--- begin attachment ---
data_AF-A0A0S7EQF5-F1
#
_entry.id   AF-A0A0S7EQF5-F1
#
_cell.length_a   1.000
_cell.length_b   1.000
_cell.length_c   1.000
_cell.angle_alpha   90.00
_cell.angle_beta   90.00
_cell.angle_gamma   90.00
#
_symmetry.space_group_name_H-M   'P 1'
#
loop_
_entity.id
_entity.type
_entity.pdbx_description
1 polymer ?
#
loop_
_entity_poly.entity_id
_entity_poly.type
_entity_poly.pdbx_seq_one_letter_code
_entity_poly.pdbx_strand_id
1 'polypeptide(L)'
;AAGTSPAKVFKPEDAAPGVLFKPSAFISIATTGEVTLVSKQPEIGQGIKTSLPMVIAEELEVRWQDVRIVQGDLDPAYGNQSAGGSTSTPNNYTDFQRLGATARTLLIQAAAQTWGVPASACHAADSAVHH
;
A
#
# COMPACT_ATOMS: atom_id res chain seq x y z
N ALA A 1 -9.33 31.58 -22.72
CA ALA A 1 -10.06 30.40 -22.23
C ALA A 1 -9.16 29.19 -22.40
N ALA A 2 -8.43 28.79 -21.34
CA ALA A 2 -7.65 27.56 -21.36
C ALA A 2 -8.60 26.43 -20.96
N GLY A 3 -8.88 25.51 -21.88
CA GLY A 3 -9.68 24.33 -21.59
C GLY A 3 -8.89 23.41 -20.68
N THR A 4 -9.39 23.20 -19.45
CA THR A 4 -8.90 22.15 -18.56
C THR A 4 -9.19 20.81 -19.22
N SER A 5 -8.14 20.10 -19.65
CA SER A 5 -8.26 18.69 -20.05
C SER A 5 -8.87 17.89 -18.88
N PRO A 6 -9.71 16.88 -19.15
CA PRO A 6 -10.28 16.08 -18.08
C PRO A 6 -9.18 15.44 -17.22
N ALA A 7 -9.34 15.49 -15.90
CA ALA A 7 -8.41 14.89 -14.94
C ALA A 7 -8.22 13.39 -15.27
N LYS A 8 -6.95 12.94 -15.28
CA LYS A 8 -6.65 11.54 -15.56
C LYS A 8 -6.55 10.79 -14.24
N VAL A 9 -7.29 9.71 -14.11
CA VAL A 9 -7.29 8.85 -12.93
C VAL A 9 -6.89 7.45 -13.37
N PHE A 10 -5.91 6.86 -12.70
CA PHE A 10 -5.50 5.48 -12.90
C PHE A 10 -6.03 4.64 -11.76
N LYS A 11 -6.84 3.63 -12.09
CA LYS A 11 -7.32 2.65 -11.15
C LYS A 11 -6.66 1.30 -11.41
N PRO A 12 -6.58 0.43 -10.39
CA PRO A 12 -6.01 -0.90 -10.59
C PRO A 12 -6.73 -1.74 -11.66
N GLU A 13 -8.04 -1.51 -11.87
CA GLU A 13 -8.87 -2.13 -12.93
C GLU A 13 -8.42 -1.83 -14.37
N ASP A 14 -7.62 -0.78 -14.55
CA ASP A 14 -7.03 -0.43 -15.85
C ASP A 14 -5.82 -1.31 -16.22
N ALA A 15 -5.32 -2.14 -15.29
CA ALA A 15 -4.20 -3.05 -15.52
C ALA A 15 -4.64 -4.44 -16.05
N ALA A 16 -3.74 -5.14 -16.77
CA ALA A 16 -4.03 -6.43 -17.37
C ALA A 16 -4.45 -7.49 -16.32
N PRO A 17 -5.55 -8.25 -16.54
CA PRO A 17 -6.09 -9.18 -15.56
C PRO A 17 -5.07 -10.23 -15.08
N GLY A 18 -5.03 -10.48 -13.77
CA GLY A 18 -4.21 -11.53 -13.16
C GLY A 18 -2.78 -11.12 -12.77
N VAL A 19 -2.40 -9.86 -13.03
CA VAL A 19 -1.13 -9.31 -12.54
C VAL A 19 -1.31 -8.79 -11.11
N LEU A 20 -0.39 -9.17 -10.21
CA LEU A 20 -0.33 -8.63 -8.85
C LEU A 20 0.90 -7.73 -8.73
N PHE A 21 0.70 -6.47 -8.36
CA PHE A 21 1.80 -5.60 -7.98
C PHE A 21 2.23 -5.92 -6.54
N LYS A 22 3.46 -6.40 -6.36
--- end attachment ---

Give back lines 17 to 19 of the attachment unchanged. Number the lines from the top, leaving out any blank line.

_entity.pdbx_description
1 polymer ?
#